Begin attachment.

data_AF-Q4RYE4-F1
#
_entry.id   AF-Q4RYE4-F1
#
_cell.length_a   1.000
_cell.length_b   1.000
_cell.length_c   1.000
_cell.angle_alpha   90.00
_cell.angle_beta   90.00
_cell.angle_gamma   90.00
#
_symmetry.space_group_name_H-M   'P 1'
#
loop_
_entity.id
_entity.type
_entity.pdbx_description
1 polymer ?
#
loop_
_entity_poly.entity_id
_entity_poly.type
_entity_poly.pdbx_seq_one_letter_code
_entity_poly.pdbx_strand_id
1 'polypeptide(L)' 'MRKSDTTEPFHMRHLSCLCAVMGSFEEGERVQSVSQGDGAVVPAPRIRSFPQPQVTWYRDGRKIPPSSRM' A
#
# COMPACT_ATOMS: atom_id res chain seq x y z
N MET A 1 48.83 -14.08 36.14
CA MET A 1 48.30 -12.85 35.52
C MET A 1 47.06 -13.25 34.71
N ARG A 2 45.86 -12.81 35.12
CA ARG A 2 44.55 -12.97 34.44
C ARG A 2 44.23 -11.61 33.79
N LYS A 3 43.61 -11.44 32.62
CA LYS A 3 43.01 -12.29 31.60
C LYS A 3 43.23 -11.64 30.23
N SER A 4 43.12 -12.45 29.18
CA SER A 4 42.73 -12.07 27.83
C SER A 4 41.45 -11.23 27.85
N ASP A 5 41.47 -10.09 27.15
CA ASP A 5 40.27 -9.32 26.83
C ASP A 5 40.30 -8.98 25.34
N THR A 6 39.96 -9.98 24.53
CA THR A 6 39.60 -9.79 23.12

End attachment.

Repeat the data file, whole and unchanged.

data_AF-Q4RYE4-F1
#
_entry.id   AF-Q4RYE4-F1
#
_cell.length_a   1.000
_cell.length_b   1.000
_cell.length_c   1.000
_cell.angle_alpha   90.00
_cell.angle_beta   90.00
_cell.angle_gamma   90.00
#
_symmetry.space_group_name_H-M   'P 1'
#
loop_
_entity.id
_entity.type
_entity.pdbx_description
1 polymer ?
#
loop_
_entity_poly.entity_id
_entity_poly.type
_entity_poly.pdbx_seq_one_letter_code
_entity_poly.pdbx_strand_id
1 'polypeptide(L)' 'MRKSDTTEPFHMRHLSCLCAVMGSFEEGERVQSVSQGDGAVVPAPRIRSFPQPQVTWYRDGRKIPPSSRM' A
#
# COMPACT_ATOMS: atom_id res chain seq x y z
N MET A 1 48.83 -14.08 36.14
CA MET A 1 48.30 -12.85 35.52
C MET A 1 47.06 -13.25 34.71
N ARG A 2 45.86 -12.81 35.12
CA ARG A 2 44.55 -12.97 34.44
C ARG A 2 44.23 -11.61 33.79
N LYS A 3 43.61 -11.44 32.62
CA LYS A 3 43.01 -12.29 31.60
C LYS A 3 43.23 -11.64 30.23
N SER A 4 43.12 -12.45 29.18
CA SER A 4 42.73 -12.07 27.83
C SER A 4 41.45 -11.23 27.85
N ASP A 5 41.47 -10.09 27.15
CA ASP A 5 40.27 -9.32 26.83
C ASP A 5 40.30 -8.98 25.34
N THR A 6 39.96 -9.98 24.53
CA THR A 6 39.60 -9.79 23.12